New blogs

Leherensuge was replaced in October 2010 by two new blogs: For what they were... we are and For what we are... they will be. Check them out.

Thursday, January 29, 2009

On mtDNA M and its subclades

Unlike haplogroup N, all major (and many minor) subclades of M stem directly from the M node. And they are many: 26 in total. This clearly suggests that M experienced a large expansion upon arrival to Asia, most likely to South Asia (based on diversity and geographical logic).

And then what?

Well, some subclades (like M8-CZ, M7, M4, etc.) have experienced multiple ramifications, sign of new expansions. But here I'm focusing on M and its direct descendants (by the moment - can't do all at the same time, especially with such complex data).

One thing I noticed is that after the N node, the different subclades show varied numbers of SNPs before further division. Some have just one SNP, while others have five or even as many as 11. While it's difficult to say for sure (there's randomness at play here) wether a 2 SNP clade has coalesced for longer than a 1 SNP lineage, when you compare these with "sister" clades that have five or eleven SNPs at the root, you can reach to some reasonable conclusions:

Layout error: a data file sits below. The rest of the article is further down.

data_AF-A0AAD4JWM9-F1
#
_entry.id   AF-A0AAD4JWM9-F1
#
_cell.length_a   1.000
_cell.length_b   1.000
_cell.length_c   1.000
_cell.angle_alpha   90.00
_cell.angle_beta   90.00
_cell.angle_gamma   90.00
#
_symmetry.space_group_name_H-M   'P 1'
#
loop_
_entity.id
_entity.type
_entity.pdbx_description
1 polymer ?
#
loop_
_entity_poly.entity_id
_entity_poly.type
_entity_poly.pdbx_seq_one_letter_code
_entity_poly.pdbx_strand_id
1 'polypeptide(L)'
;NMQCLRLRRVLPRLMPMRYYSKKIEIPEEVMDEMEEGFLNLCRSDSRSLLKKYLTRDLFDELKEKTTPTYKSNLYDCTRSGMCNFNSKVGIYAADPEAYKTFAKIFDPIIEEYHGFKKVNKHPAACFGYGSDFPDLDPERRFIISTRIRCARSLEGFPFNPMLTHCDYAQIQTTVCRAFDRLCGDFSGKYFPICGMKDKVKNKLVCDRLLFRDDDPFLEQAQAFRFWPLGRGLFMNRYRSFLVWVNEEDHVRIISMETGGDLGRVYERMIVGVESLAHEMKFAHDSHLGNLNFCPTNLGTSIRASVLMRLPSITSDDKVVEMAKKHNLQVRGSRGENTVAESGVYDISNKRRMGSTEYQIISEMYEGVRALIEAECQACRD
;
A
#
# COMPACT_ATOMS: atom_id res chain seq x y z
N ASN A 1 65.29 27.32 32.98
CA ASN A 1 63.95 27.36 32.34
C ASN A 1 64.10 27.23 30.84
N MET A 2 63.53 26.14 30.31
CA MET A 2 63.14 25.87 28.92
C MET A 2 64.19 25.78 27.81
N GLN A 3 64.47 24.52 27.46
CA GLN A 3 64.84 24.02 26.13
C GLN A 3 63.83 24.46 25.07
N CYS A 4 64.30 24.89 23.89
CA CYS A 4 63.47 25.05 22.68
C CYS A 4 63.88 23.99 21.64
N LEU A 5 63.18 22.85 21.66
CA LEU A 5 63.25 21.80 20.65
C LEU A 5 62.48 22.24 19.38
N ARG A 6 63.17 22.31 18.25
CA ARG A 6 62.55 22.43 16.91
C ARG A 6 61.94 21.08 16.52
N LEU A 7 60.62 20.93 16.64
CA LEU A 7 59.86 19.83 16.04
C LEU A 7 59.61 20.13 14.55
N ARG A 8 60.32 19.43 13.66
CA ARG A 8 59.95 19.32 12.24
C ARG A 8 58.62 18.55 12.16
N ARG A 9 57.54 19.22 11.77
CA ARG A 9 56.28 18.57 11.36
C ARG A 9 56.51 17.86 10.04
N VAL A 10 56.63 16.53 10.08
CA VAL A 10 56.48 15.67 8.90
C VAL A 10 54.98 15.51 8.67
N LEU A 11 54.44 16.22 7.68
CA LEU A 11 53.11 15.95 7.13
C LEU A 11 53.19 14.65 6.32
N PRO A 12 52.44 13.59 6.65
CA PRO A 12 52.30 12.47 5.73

- Clades with "short" roots exapanded shortly after the M expansion, maybe even along with this one.
- Clades with "intermediate" roots (c. 5 SNPs) coalesced for some time before really finding their opportunity for expansion.
- Clades with "long" roots (c. 10 SNPs) lagged behind their "sisters" clearly.

Also the statistics on this matter can shed some light on the expansion of macro-haplogroup M as such.

So I made this graph:

What do I gather from this? Not sure but maybe it could be read as follows:

Early expansion:

Within the expansion of M, still mostly undifferentiated, some "daughter" clades were already active. These are primarily those with one or two SNPs at their roots. It would seem that:
  1. SE Asia was then colonized (M9-E, M21)
  2. New Guinea was reached (M27-29)
  3. East Asia proper was reached too (notably M7)
  4. Some derived expansion also happened within South Asia (notably M3 and M4)
The most important clades of this group in South and East Asia may appear to belong to a second moment (2 SNPs) but this is hard to discern.

Second expansion:

This second wave includes a large number of sublineages. By regions:
  1. South Asian lineages in this group are not particularly important (large) excepted M2. Not sure if we can consider M6 (also important) as belonging to this wave or if it represents a expansion on its own right, albeit limited to South Asia.
  2. Sahulian lineages instead are significative, including all the M found in Australia. It may suggest that Australia was colonized after New Guinea (at least by M descendants).
  3. The Andamanese subclades (color-coded as SE Asian), at least M31, also belong to this moment.
  4. East Asian M8-CZ, as well as G, expanded at this expansive peak as well.
Late clades:

The only really important late clade is M1, that found its way into West Asia and beyond long after the expansion into Eastern Eurasia had happened.

In brief: